Here is my ungolfed Ruby code for a function I want to try and golf:

Iter =-> k {
    str = ""
    (0..k).map{|m| str += "-> f#{m} {"}
    str += "f#{k}.times{f1 = f0[f1]};f1"
    (2..k).map{|m| str += "[f#{m}]"}
    eval(str + "}" * (k+1))

The best I can do to golf this is essentially shortening variable names, removing spaces, and rearranging the code to reduce the amount of loops:

eval s}

Try it online!

This function can be compacted so that it avoids a lot of defining new functions. You can think of it like this:



$$f^n(x)=\underbrace{f(f(\dots f(}_nx)\dots))$$

denotes function iteration. The types of arguments are given as:


That is, the last argument is an integer, and each previous argument maps from T to T, where T is the type of the next argument on the right.

It is true that accepting all arguments at once would allow me to golf the above code further:


However, the issue is that I need to curry this function. This way, I may treat objects such as


as their own object, and thus be able to pass this into Iter(k) to get things such as


As a specific example of what this function does, we have

\begin{align}\operatorname{Iter}(2)(\operatorname{Iter}(1))(x\mapsto x+1)(2)&=\operatorname{Iter}(1)(\operatorname{Iter}(1)(x\mapsto x+1))(2)\\&=\operatorname{Iter}(1)(x\mapsto x+1)(\operatorname{Iter}(1)(x\mapsto x+1)(2))\\&=\operatorname{Iter}(1)(x\mapsto x+1)(2+1+1)\\&=\operatorname{Iter}(1)(x\mapsto x+1)(4)\\&=4+1+1+1+1\\&=8\end{align}

I'm interested in seeing if this can be golfed down further, with the restriction that the arguments must be curried in the order provided.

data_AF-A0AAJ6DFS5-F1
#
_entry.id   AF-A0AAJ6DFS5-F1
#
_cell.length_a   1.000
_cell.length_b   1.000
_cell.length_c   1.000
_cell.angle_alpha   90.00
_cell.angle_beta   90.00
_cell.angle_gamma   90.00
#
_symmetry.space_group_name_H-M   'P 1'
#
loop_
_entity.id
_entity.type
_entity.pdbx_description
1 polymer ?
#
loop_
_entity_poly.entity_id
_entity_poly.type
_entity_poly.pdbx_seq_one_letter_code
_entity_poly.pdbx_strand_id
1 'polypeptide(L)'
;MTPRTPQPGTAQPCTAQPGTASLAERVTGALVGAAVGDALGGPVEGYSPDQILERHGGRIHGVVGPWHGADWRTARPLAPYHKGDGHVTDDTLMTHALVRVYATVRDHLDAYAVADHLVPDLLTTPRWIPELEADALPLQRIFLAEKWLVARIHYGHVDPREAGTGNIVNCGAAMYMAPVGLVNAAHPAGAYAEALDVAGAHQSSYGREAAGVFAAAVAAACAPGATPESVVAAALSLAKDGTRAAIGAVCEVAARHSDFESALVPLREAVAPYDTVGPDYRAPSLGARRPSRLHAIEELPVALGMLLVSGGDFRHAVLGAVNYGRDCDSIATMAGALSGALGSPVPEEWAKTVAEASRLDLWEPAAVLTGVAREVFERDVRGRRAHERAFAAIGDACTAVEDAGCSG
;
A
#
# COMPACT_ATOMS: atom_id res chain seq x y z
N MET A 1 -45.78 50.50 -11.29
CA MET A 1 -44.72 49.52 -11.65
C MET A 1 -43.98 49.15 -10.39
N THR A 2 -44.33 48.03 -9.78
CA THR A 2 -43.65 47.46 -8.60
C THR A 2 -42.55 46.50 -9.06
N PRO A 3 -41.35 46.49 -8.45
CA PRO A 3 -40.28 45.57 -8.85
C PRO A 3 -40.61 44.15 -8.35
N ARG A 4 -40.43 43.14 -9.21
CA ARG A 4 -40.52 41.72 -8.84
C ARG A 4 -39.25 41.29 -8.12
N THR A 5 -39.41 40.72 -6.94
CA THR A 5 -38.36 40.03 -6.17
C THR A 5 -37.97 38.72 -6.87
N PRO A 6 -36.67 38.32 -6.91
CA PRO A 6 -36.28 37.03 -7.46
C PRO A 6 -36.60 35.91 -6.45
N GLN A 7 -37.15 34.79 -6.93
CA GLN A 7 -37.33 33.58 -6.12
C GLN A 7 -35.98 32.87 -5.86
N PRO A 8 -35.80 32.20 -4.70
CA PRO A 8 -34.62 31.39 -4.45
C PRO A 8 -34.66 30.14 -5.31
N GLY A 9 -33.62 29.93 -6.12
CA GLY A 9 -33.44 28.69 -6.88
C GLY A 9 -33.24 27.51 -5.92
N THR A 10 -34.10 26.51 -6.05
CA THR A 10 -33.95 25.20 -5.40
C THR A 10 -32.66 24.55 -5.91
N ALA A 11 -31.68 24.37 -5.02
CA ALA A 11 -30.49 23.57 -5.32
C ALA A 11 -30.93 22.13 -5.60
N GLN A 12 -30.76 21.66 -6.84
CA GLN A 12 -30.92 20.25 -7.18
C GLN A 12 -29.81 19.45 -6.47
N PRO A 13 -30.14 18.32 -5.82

• \$\begingroup\$ Mind if anyone explain the "unclear" close vote? I really did try my best to explain everything, so if there's any part that's unclear, just ask. \$\endgroup\$ Jun 28, 2019 at 1:37
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    \$\begingroup\$ It's a bit unclear because you have tagged this "tips", but it's written almost like a challenge. I'd remove the tips tag and make it more clearly a challenge. Otherwise, perhaps make it clear that you're looking for golfing tips for this specific program. Your last statement makes us unsure of what you want. \$\endgroup\$
    – mbomb007
    Jun 28, 2019 at 2:47
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    \$\begingroup\$ Not sure if this is what you're looking for, but in J >: is the increment function, and your example I[2][I[1]][->x{x+1}][2] can be written >:^:2^:3 (2). Try it online!. ^: is the power of conjunction, and iteratively applies the verb on its left the number of times specified by the number on its right, with 1 being normal application f(x), 2 being f(f(x), etc. \$\endgroup\$
    – Jonah
    Jun 28, 2019 at 6:17
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    \$\begingroup\$ @lirtosiast Thanks and done \$\endgroup\$ Jun 28, 2019 at 10:17
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    \$\begingroup\$ @ValueInk that's not an infinite loop. The issue there is the end result is 3 times 2^402653191 (3<<402653191) \$\endgroup\$ Jun 29, 2019 at 1:55

2 Answers 2


Ruby, 94 96 bytes

Using loops to do concatenations that followed such a simple pattern felt cumbersome, so I utilized the creative use of join instead, further golfed by the fact that array*str is equivalent to array.join(str)

+2 bytes to fix a typo I made that just so happened to return the same result on the test example by chance.

I=->k{eval"->f#{[*0..k]*'{->f'}{f#{k}.times{f1=f0[f1]};f1#{"[f#{[*2..k]*'][f'}]"if k>1}"+?}*-~k}

Try it online!

  • \$\begingroup\$ Oh wow I never knew you could use array*str in Ruby, and like that! So much to learn... \$\endgroup\$ Jun 28, 2019 at 22:31

Ruby, 87 bytes

I=->k{eval ("->f%d{"*-~k+"f%d.times{f1=f0[f1]};f1"+"[f%d]"*~-k+?}*-~k)%[*0..k,k,*2..k]}

Try it online!


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